Behavioral and Brain Sciences 20 (4):537-556 (1997)
|Abstract||How do minds emerge from developing brains? According to the representational features of cortex are built from the dynamic interaction between neural growth mechanisms and environmentally derived neural activity. Contrary to popular selectionist models that emphasize regressive mechanisms, the neurobiological evidence suggests that this growth is a progressive increase in the representational properties of cortex. The interaction between the environment and neural growth results in a flexible type of learning: minimizes the need for prespecification in accordance with recent neurobiological evidence that the developing cerebral cortex is largely free of domain-specific structure. Instead, the representational properties of cortex are built by the nature of the problem domain confronting it. This uniquely powerful and general learning strategy undermines the central assumption of classical learnability theory, that the learning properties of a system can be deduced from a fixed computational architecture. Neural constructivism suggests that the evolutionary emergence of neocortex in mammals is a progression toward more flexible representational structures, in contrast to the popular view of cortical evolution as an increase in innate, specialized circuits. Human cortical postnatal development is also more extensive and protracted than generally supposed, suggesting that cortex has evolved so as to maximize the capacity of environmental structure to shape its structure and function through constructive learning|
|Keywords||cognitive development constructivism evolution learnability mathematical learning theory neural development selectionism|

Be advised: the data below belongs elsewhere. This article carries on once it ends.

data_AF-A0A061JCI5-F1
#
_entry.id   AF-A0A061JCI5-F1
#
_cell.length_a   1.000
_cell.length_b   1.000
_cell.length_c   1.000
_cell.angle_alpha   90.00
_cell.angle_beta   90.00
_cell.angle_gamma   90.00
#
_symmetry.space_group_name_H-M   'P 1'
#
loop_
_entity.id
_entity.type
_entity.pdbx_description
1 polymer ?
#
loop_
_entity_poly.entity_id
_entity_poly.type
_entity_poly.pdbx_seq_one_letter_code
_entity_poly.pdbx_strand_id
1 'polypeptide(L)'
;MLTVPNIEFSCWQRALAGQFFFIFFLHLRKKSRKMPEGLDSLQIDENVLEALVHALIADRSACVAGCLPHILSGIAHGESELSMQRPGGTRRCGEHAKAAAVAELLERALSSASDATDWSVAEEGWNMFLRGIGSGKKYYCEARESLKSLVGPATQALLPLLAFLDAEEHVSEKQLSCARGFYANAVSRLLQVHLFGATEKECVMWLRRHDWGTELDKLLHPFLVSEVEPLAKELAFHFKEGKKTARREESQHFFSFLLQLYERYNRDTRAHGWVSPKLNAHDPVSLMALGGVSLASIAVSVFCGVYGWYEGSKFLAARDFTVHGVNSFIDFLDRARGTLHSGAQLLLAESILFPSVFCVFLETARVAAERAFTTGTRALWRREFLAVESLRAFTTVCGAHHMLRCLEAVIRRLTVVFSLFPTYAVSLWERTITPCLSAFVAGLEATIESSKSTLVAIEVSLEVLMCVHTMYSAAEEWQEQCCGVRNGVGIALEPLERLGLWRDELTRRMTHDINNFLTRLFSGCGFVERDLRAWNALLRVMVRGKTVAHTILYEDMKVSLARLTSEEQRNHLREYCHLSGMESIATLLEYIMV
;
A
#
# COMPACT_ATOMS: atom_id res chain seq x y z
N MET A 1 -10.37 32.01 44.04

|Categories||categorize this paper)|
|Through your library||Configure|
Similar books and articles
Brian J. Scholl (1997). Neural Constraints on Cognitive Modularity? Behavioral and Brain Sciences 20 (4):575-576.
Peter D. Eimas (2000). Infant Perception and Cognition and the Initial Architecture of Constructivist Models. Behavioral and Brain Sciences 23 (5):782-783.
James E. Black & William T. Greenough (1997). How to Build a Brain: Multiple Memory Systems Have Evolved and Only Some of Them Are Constructivist. Behavioral and Brain Sciences 20 (4):558-559.
Enrico Blanzieri (1997). Dynamical Learning Algorithms for Neural Networks and Neural Constructivism. Behavioral and Brain Sciences 20 (4):559-559.
W. D. Christensen & C. A. Hooker (2000). An Interactivist-Constructivist Approach to Intelligence: Self-Directed Anticipative Learning. Philosophical Psychology 13 (1):5 – 45.
Steven R. Quartz & T. J. Sejnowski (1997). Controversies and Issues in Developmental Theories of Mind: Some Constructive Remarks. Behavioral and Brain Sciences 20 (4):578-588.
Andreas Demetriou (2000). From Neural Constructivism to Cognitive Constructivism: The Steps to Be Taken. Behavioral and Brain Sciences 23 (5):781-782.
Denis Mareschal & Thomas R. Shultz (1997). From Neural Constructivism to Children's Cognitive Development: Bridging the Gap. Behavioral and Brain Sciences 20 (4):571-572.
Johan J. Bolhuis (1997). Learning, Development, and Synaptic Plasticity: The Avian Connection. Behavioral and Brain Sciences 20 (4):559-560.
M. E. J. Raijmakers (1997). Is the Learning Paradox Resolved? Behavioral and Brain Sciences 20 (4):573-574.
Added to index2009-01-28
Total downloads35 ( #39,202 of 722,765 )
Recent downloads (6 months)1 ( #60,247 of 722,765 )
How can I increase my downloads?